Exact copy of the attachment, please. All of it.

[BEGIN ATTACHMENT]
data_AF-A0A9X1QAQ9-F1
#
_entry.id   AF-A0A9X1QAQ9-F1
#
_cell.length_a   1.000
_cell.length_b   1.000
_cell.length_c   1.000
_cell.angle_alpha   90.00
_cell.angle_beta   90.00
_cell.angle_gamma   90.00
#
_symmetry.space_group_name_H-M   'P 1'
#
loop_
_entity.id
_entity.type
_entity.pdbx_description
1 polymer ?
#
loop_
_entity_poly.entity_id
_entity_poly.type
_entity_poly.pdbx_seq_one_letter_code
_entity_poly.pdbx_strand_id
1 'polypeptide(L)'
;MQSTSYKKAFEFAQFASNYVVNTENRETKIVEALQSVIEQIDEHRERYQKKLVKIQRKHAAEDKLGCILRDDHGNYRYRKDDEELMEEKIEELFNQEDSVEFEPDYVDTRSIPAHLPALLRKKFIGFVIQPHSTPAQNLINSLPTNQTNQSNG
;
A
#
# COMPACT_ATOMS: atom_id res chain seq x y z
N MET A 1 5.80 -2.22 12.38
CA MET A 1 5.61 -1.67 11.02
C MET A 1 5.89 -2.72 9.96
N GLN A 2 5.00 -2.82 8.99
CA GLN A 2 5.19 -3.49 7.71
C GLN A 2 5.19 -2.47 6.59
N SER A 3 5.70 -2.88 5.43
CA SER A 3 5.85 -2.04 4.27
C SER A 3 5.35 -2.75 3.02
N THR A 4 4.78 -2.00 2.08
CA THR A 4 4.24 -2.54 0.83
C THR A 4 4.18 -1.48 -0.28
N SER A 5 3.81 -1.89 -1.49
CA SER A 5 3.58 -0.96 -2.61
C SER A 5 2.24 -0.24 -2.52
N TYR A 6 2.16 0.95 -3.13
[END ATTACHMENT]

data_AF-A0A9X1QAQ9-F1
#
_entry.id   AF-A0A9X1QAQ9-F1
#
_cell.length_a   1.000
_cell.length_b   1.000
_cell.length_c   1.000
_cell.angle_alpha   90.00
_cell.angle_beta   90.00
_cell.angle_gamma   90.00
#
_symmetry.space_group_name_H-M   'P 1'
#
loop_
_entity.id
_entity.type
_entity.pdbx_description
1 polymer ?
#
loop_
_entity_poly.entity_id
_entity_poly.type
_entity_poly.pdbx_seq_one_letter_code
_entity_poly.pdbx_strand_id
1 'polypeptide(L)'
;MQSTSYKKAFEFAQFASNYVVNTENRETKIVEALQSVIEQIDEHRERYQKKLVKIQRKHAAEDKLGCILRDDHGNYRYRKDDEELMEEKIEELFNQEDSVEFEPDYVDTRSIPAHLPALLRKKFIGFVIQPHSTPAQNLINSLPTNQTNQSNG
;
A
#
# COMPACT_ATOMS: atom_id res chain seq x y z
N MET A 1 5.80 -2.22 12.38
CA MET A 1 5.61 -1.67 11.02
C MET A 1 5.89 -2.72 9.96
N GLN A 2 5.00 -2.82 8.99
CA GLN A 2 5.19 -3.49 7.71
C GLN A 2 5.19 -2.47 6.59
N SER A 3 5.70 -2.88 5.43
CA SER A 3 5.85 -2.04 4.27
C SER A 3 5.35 -2.75 3.02
N THR A 4 4.78 -2.00 2.08
CA THR A 4 4.24 -2.54 0.83
C THR A 4 4.18 -1.48 -0.28
N SER A 5 3.81 -1.89 -1.49
CA SER A 5 3.58 -0.96 -2.61
C SER A 5 2.24 -0.24 -2.52
N TYR A 6 2.16 0.95 -3.13